Archive for the ‘Security’ Category

SMX Advanced – Day 1 Recap

I was lucky enough to be up in Seattle yesterday to sit in on the sessions at SMX Advanced.   SMX stands for Search Marketing Expo and SMX Advanced is one in a series of a half dozen conferences run around the world each year.  Each of these conferences is dedicated to Search Marketing. 

My favorite session of the morning was “Twitter Tactics and Search Marketing”. There were several presenters, including Michael Gray, President, Atlas Web Service and Joanna Lord, Co-Founder & CMO, TheOnlineBeat.  

Michael was my favorite presenter of the show.  His presentation was fast paced and insightful – very difficult to put into words. He started his presentation with “There is no right or wrong way to use Twitter.  You need to determine what works for you”, which set a very down-to-Earth tone. Michael listed off what seemed like a thousand tools and tactics for twitter, but my favorite soundbite of his presentation is that “the re-tweet is Twitter gold“.  He suggested that you RT (re-tweet) the most self-serving tweets of people you want to notice you.  

Although Michael was a hard act to follow, Joanna definitely held her own.  She offered great advice with regards to Twitter use and security. She suggested the following: 

  • RESEARCH an application/tool BEFORE giving them your PASSWORD 
  • Read.The.Link.Before.You.Push!!! (reference to the use of URL shorteners and re-tweeting links)

My favorite afternoon session talked about Search Engine Rank Factors (SERFs) in 2009 and had heavyweight presenters Rand Fishkin, CEO of SEOmoz, Laura Lippay, Dir. Technical Marketing at Yahoo, and Marty Weintraub, President of aimClear. What I took away from the session was that Search Engine Optimization (SEO) is more than meta tags, inbound links, keyword density, etc.  It is about being viral, creating buzz, and creating a great product. Laura suggested asking yourself “What is it going to take to outrank our top competitor?”  Simple, yet profound.  I don’t think many people ask themselves this question. I think fewer people are disciplined enough to follow through with the actions needed to become #1.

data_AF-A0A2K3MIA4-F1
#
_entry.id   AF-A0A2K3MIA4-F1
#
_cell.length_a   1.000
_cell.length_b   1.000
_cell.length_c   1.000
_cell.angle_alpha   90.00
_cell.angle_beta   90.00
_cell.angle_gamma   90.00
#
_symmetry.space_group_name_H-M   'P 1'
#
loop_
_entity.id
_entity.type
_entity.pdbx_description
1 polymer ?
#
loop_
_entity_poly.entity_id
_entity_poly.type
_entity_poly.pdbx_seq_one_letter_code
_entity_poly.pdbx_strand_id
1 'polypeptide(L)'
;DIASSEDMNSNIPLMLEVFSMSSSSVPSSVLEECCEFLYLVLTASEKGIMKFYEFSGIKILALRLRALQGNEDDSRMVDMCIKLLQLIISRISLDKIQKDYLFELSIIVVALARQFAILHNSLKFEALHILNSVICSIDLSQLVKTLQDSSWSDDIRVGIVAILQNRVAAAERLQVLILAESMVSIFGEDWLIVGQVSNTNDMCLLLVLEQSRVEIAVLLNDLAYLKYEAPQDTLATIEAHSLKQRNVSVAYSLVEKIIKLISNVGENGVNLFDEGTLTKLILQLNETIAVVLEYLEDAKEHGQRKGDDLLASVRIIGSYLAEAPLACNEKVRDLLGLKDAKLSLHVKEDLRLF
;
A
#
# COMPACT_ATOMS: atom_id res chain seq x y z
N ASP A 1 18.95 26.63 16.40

Besides the great educational sessions, there was an excellent vendor in conjunction with the conference.  All the large players were there such as Google, Microsoft, Facebook, and SEOmoz.  Microsoft had the most interesting booth promoting their new “Bing” search engine. I particularly liked that you could use an XBox 360 controller to control maps provided by Bing.  The best swag was provided by SEOmoz, who gave away cans of “Link Juice”.  The LinkJuice reminded me of the case of Brawndo that I bought off the Internet before Christmas (a reference to the movie Idiocracy, if you haven’t seen it). 

Unfortunately, I had to leave the conference before the evening keynote on Day 1 due to client commitments.  It looked like there were some great Day 2 sessions as well as vendor sponsored parties.  I am definitely going to keep Search Marketing Expo events on my radar over the coming year.

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Wireless Security – Super Tuesday Poll

Related Posts:

Copycat Twitter Worm?